Johnny Thunders and the Heartbreakers L.A.M.F.

The following is a guest post by Will from, one of my favorite blogs, Be The Boy. If you read (and enjoy) Chuck Klosterman's stuff, then by all means, Be The Boy should be a daily stop on your Blog Ride. I hope you all enjoy this piece, on the late Johnny Thunders, as much as I did. - A.D.

Been lying on my floor most of the night listening to what, for the moment, is my favorite record Johnny Thunders and the Heartbreakers - L.A.M.F. the 1977 mix version. Originally put out in 1978 following the slow quiet death of the New York Dolls, L.A.M.F. (Like a Mother Fucker) is a lost rock and roll classic that didn't see the light of day in the format I'm now playing for more than 20 years.

The Heartbreakers as they were originally called were made up of ex Dolls Thunders on guitar and Jerry Nolan on drums aided and abetted by Walter Lure on guitar and ex-Neon Boys ex-Television member Richard Hell on bass. The band dropped the glam aspects of the Dolls in order to play old fashioned rock and roll. I guess not having to worry about looking good on stage gave Thunders and Nolan more time to dedicate to their full blown heroin addictions. Despite devoting the majority of his time to vice the Johnny was truly invigorated by having a new band and the band developed a hard edged, albeit sloppy sound centered on catchy riffs and with the replacement of Richard Hell by Billy Rath a solid rhythm section. The Heartbreakers had no trouble fitting in with the NY rock circuit of the day (CBGB, Max's Kansas City, etc...).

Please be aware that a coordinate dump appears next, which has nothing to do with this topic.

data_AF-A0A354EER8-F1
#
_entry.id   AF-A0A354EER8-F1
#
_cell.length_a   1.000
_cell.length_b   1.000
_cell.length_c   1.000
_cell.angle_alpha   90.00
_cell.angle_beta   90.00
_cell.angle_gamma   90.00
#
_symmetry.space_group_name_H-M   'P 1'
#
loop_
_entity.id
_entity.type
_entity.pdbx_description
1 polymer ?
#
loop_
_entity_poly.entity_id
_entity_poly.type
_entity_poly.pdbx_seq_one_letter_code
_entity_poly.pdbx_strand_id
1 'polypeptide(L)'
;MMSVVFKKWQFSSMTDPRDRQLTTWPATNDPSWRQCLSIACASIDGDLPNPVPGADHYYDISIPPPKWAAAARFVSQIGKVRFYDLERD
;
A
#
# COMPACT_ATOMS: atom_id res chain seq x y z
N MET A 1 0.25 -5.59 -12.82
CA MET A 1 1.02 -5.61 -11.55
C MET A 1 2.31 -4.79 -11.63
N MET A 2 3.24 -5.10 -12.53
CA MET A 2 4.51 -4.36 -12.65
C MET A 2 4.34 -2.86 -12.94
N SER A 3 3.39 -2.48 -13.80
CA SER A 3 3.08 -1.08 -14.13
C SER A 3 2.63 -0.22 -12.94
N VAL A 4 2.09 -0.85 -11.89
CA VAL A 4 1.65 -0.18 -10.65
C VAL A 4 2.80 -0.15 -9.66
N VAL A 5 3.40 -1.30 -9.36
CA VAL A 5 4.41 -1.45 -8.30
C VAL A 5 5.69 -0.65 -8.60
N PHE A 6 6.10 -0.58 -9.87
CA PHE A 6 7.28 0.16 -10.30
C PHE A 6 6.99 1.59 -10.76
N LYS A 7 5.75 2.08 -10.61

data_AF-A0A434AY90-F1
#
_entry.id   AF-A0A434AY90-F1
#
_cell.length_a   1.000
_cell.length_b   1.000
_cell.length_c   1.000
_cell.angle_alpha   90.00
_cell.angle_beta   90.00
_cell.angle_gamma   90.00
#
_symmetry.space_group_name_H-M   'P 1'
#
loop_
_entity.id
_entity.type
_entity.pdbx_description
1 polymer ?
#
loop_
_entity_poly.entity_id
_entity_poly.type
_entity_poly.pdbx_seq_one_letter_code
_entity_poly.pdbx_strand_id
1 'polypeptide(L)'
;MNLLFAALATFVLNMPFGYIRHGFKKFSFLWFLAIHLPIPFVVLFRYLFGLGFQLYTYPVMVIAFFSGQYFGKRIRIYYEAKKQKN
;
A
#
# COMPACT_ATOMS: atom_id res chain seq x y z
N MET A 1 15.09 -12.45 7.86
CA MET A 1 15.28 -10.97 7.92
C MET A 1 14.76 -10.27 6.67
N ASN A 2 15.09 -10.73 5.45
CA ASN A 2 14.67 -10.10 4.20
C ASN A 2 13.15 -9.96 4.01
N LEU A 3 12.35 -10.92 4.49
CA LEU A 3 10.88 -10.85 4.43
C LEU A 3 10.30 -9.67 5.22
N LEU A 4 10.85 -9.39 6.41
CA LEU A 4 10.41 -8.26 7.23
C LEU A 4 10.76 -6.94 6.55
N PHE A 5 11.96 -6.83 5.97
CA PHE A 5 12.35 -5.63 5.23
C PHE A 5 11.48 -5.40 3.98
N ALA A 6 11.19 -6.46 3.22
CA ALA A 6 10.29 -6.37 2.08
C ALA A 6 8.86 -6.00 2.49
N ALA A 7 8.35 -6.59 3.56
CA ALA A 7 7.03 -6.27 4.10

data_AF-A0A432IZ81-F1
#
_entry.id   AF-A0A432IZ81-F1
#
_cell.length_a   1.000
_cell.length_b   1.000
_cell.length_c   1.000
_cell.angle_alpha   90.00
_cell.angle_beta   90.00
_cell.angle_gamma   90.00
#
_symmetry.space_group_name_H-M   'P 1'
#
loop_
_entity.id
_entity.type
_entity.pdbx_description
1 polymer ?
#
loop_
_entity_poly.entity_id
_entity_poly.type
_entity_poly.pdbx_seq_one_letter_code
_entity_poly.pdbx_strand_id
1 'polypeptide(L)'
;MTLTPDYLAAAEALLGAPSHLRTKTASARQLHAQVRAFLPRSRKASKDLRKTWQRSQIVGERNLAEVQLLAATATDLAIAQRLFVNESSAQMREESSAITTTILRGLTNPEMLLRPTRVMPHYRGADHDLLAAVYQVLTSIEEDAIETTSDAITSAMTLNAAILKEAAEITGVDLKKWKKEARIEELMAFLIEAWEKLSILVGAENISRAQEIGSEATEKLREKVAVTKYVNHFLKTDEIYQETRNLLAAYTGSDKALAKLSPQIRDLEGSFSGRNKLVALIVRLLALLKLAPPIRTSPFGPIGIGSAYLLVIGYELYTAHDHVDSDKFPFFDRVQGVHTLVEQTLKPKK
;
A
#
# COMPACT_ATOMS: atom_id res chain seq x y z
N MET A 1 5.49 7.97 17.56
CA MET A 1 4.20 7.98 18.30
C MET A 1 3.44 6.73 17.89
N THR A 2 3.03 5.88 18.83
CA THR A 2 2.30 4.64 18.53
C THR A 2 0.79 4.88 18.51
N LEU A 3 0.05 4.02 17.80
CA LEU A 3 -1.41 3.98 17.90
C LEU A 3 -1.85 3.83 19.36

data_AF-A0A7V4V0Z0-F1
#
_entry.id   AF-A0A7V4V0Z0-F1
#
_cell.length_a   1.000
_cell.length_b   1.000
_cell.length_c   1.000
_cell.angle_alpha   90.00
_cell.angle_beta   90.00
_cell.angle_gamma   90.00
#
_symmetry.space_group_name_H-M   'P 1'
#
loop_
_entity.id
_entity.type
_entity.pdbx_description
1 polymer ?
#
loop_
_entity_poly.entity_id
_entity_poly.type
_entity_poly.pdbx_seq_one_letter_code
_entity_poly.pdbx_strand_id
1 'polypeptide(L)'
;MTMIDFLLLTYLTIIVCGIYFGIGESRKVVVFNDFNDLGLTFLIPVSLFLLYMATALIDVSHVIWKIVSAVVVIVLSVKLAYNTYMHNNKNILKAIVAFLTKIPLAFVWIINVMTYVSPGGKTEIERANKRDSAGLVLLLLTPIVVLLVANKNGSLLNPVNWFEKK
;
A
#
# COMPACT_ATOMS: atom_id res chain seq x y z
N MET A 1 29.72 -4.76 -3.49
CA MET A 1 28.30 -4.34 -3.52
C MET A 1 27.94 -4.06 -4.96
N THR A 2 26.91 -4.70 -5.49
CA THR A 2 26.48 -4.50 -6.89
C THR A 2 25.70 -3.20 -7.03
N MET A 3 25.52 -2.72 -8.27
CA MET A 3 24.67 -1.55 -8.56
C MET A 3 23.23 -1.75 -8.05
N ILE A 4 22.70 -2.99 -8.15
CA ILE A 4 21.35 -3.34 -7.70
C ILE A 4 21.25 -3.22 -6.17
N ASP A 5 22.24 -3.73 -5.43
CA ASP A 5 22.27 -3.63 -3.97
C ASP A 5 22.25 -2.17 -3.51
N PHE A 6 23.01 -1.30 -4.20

The band had also been to England at the request of ex-Dolls manager/scenester/oportunist Malcolm McClaren to play with his new group The Sex Pistols. Being more experienced and better versed in rock and roll the Thunders and the band easily outshined their English counterparts including the Pistols and the Dammed. While The Heartbreakers were at the core a rock and roll band they could hold their own for sheer punk rock enthusiasm and noise, stylistically they sound close to the early Clash records with a bit of Rolling Stones thrown in.

Continue Reading after Le Jump...

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